How to succeed without listening to anyone around, or the secrets of Simogo

Today, two of the only employees and founders of the Swedish indie gaming studio Simogo distinguished themselves at the GDC Europe held in Cologne. The guys shared their opinions on how to succeed by doing what you like and not listening to anyone around.

Simon Flesser and Magnus ‘Gordon’ Gardeback, known in the App Store as Simogo, made a presentation in Cologne today on “How to succeed without listening to anyone around” (“Success through not doing what everyone tells you to do”).

Of course, you can talk about what success is for a long time. “From our point of view, success, first of all, means a long life of the product, while a large profit can be part of it, but this is an optional criterion,” Flesser said.

Anyway, Simogo can be considered successful in terms of downloads and sales: Bumpy Road was bought 170,000 times, and Beat Sneak Bandit – 80,000 times (both games were released on iOS).

“Be careful not to become hostages of your own success,” Flesser said. “Our achievements can be considered average, and this gives us creative freedom.”

Be different from the restKosmo Spin, the company’s first game, can be called a typical casual game.

It was sold at a price of 99 cents, weighed less than 20 MB, had a simple gameplay and was constantly updated. But, according to Flesser, this project did not give any exhaust (for connoisseurs of the English language: in the original he expressed himself “A fart in space” – approx. editorial offices).

Creating Beat Sneak Bandit, Simogo trusted their own instincts and chose a different approach. As a result, the game turned out to have a “musical” gameplay, i.e. it is basically impossible to play it without sound, and even with it, it is impossible to call a simple game for sure.

Like all Simogo projects, Beat Sneak Bandit was made on Unity, despite the fact that it created certain problems. “There was no FMOD API support in the engine, which did not allow for automatic control of music and sounds, so we had to work with the code,” commented Gardebeck.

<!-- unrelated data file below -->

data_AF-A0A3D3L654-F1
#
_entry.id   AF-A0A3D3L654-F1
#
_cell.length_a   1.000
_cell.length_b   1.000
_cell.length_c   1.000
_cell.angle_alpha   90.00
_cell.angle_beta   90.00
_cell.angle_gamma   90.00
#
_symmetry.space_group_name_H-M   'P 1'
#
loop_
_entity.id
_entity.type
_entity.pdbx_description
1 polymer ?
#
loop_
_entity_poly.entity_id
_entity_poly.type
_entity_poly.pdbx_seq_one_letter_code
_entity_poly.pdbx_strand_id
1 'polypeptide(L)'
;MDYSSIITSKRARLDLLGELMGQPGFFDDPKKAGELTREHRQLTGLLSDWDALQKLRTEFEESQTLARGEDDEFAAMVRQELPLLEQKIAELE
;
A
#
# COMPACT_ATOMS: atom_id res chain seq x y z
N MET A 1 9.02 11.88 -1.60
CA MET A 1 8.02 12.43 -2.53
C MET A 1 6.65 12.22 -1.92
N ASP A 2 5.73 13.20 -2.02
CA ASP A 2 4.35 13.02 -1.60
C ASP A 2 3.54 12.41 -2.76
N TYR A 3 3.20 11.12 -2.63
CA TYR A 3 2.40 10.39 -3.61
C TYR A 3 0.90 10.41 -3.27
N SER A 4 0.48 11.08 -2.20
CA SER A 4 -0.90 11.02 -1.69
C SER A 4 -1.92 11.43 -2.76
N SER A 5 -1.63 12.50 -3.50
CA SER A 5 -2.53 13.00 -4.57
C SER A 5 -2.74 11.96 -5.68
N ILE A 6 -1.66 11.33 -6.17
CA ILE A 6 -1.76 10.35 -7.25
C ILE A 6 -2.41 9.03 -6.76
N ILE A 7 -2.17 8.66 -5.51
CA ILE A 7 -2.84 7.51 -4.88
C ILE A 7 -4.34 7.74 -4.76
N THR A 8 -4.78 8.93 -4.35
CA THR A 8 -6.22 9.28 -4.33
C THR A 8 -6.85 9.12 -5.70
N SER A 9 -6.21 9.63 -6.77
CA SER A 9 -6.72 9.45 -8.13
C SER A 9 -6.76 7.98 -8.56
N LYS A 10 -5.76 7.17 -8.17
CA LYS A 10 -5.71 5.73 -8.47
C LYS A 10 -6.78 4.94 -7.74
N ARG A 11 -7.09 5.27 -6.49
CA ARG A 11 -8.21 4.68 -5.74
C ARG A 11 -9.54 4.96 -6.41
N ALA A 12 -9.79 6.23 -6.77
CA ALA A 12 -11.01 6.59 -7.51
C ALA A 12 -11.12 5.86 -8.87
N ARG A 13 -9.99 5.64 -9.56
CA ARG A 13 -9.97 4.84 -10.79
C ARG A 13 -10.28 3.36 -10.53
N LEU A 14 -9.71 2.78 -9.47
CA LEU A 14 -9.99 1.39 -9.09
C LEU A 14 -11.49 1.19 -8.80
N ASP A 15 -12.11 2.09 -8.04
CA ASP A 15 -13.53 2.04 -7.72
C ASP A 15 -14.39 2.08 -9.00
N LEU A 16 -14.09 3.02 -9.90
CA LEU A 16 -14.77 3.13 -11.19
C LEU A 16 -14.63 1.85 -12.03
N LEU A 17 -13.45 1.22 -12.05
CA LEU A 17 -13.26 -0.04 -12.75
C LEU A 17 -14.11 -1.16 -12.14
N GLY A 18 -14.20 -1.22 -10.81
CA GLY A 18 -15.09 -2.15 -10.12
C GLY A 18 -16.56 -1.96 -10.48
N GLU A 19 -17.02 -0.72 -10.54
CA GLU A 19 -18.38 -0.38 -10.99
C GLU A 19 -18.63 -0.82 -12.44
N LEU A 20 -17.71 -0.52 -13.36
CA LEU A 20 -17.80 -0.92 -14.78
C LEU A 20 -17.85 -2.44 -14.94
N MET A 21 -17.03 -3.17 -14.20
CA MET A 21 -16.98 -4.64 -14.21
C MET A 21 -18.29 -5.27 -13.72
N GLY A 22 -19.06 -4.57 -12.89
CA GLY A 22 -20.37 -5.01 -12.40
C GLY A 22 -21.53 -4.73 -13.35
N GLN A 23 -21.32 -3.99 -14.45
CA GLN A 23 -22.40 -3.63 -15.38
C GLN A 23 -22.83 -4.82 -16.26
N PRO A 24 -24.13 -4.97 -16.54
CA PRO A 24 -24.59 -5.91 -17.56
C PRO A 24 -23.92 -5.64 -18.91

Unrestrained freedom
Speaking about the “monetary” side of success, Flesser said that making a profit was not their main goal.

“We didn’t make Bumpy Road 2, although she would have made a lot of money with ease.”

Gardeback confirmed his words: “We don’t use analytics, we don’t even think about what needs to be changed in order to earn more – we’d rather spend time creating new games than studying charts.”

Another important decision was the pricing policy – Beat Sneak Bandit was sold at a price of $2.99. “I think it was necessary to make the price higher, because the product turned out to be more niche than we expected,” Flesser commented.

“We don’t use cross-promos. It’s a cheap trick. And we don’t like the use of advertising in games. We have not made a single update – we have nothing to add to the product that we have created. We have never planned and are not going to plan sales. Because we respect those who play our games.”

Multiplatform – no!

And the last point, all Simogo games are only available on iOS.

“We’ve been asked to port everything to Android, but we’d rather spend time on new projects,” Gardeback explained.

The position of the developers is interesting and deserves respect, what can I say here. But I just want to ask what they don’t talk about: if money doesn’t matter so much to them, then why not distribute their games for free?

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